Tag Archives: Grace

Day 10: Talking to a Muslim Lady from Albania

I was greatly encouraged to have 6 co-labourers this past Saturday! Two brothers and also two married couples from our church! Not a bad way to spend a Saturday afternoon with your spouse!

Though we had many good conversations, I was especially encouraged by one that I had with a Muslim lady from Albania (her teenage daughter was there too).

I approached the bus stop, introduced myself and why I was out talking to people on the streets. What follows is an abbreviated summary of our conversation. P stands for me; and M for the Muslim lady.

P: Do you have a religious background?

M: Yes, we’re Muslim.

P: Oh, what kind?

M: Sunni.

P: And where are you from?

M: Albania.

P: Ah, yes, I’ve been to Bosnia; I know that Bosnia and Albania are predominately Muslim nations. So, how long have you been here?

M: 12 years.

P:  Well, let me ask you, what do you think of Jesus?

M: Well, I don’t know. I’m not really into religion much.

P: Oh, so do you not go to mosque?

M: No, we don’t really do that. Were not really practising.

P: Well, I’m not sure what you’ve heard about Christianity, but I’d like to share a bit about Jesus.

M: Okay, but the religions are all similar.

P: Well, actually the Bible teaches something very different about how to receive the forgiveness of sins. In the Bible, there is a letter written to a group of Christians in what is now called Turkey.

M: Oh yes, we know Turkey. It is because of Turkey that Albania is Muslim.

P: Well, there were Christians living there 2000 years ago, and Paul, who was one of Jesus’s followers wrote: “It is by grace you have been saved through faith. And this is not your own doing; it is the gift of God, not a result of works, so that no one may boast.” So, the way to be saved from the punishment for our sins is not by trying to be good or going to church.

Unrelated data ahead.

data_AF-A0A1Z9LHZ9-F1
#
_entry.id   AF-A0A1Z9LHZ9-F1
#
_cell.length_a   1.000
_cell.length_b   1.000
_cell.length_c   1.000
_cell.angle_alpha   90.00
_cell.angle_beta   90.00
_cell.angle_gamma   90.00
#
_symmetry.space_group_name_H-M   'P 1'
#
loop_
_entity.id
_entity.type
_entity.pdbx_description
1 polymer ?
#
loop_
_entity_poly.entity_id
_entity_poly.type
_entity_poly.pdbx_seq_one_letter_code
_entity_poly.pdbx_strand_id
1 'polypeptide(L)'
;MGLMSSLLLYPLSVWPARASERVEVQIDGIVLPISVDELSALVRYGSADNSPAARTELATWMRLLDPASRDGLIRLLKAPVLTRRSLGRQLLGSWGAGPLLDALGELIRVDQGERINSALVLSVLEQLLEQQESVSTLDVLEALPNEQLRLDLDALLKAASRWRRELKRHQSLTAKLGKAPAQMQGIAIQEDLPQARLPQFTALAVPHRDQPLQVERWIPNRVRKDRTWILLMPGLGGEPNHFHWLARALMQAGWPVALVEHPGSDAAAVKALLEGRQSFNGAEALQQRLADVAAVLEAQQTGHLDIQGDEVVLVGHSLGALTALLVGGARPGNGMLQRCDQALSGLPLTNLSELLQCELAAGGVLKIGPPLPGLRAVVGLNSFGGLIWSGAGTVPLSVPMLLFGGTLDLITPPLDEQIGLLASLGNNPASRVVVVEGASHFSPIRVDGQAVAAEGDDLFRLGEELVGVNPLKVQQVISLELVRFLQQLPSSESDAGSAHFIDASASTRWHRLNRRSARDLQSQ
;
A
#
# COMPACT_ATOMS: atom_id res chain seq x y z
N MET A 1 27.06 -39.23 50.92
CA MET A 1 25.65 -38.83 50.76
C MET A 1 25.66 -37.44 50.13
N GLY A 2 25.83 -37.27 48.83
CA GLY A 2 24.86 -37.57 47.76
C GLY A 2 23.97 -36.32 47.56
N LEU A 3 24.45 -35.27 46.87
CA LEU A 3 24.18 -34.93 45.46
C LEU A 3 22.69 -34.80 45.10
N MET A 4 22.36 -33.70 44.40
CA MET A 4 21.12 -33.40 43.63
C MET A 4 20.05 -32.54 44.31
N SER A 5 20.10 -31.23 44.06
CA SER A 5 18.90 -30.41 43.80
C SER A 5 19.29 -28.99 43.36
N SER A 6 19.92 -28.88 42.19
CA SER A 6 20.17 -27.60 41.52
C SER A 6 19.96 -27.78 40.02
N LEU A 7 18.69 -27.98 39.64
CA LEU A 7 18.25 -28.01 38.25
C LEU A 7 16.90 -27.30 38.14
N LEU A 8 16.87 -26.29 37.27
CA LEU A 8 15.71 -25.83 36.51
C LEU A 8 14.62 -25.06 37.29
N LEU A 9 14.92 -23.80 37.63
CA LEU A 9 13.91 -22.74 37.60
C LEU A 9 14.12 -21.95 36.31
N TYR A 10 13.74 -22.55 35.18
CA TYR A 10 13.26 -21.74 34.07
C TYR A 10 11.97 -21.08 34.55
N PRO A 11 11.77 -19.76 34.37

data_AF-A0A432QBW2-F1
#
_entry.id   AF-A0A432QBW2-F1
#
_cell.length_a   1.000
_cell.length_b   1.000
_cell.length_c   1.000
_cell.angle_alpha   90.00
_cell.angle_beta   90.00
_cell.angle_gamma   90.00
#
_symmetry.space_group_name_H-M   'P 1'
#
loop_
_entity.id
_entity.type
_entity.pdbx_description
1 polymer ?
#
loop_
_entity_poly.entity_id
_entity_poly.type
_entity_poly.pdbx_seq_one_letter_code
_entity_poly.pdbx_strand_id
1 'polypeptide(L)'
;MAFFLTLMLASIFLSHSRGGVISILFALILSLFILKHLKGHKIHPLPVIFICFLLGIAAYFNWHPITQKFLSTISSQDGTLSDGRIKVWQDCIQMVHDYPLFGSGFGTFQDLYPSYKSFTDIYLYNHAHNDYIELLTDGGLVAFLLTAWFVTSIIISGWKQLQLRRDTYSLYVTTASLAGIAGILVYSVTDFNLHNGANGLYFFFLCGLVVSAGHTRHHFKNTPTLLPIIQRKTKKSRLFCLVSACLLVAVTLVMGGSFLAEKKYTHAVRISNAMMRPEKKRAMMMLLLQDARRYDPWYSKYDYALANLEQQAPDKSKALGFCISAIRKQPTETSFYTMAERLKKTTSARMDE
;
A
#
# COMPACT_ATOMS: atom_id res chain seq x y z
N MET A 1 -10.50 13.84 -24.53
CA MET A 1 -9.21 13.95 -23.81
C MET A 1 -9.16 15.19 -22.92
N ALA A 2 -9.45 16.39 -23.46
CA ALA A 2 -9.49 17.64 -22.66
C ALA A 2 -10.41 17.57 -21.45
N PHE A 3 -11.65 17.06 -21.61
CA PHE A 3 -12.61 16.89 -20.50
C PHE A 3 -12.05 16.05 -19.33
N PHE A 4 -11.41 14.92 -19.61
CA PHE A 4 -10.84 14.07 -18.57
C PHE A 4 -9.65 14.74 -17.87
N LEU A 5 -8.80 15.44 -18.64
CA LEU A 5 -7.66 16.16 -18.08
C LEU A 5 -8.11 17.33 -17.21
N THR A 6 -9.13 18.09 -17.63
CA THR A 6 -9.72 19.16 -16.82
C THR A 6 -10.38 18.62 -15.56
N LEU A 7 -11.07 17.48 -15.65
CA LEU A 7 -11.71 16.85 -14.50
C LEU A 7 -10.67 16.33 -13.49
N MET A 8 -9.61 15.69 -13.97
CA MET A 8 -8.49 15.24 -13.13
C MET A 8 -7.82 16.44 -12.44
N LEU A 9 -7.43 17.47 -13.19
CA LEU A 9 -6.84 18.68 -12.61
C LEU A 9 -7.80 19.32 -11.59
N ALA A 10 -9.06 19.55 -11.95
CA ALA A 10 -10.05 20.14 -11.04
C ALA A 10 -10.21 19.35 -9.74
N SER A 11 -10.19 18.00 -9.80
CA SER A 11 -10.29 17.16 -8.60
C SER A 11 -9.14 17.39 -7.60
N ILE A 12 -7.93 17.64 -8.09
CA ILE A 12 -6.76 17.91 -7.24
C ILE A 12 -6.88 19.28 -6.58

(She looked very interested and somewhat surprised).

P: It is a free gift. That is why God sent Jesus to die on the cross. He was being punished in the place of sinners so that we could receive forgiveness by trusting in Jesus and in what he did for us. The way to receive forgiveness is not what we do, but trusting in what Jesus has already done.

M: Then you can just go on and live however you like!

(At this point in the conversation, I couldn’t help thinking of Romans 6:1 as I spoke to her).

P: No, we always seek to please those we love. For those who really believe in Jesus and love him, they will truly seek to live for him. There are false Christians who say they believe in Jesus, but they are fake; they really don’t follow him.

M: They would be like us! (she chuckled, admitting that she is not really a true Muslim, but merely one culturally).

P: Have you ever heard this before? Or did you know that the Bible teaches that people receive forgiveness not because of what they do, but because of trusting in the work that Jesus has done?

M: No.

P: This is true Christianity. And it shows God’s love for us, sending His own Son to die for us.

M: You say that Jesus is God’s Son; that’s not right.

P: Well, I know it may sound crazy to you, but have you never had this experience before – where you thought something sounded crazy, but later you found out it was true? (She looked contemplative). Look, please consider these things. And thank you so much for taking the time to let me speak with you. Here, please have this little booklet that explains what the Bible is about and why Jesus came (Two Ways to Live booklet).

M: Okay. Thank you.

That ended our conversation. I pray that she took me seriously and did take time to consider the things we spoke about.

Day 7: Arthur Preaches Christ’s Call, “Come!”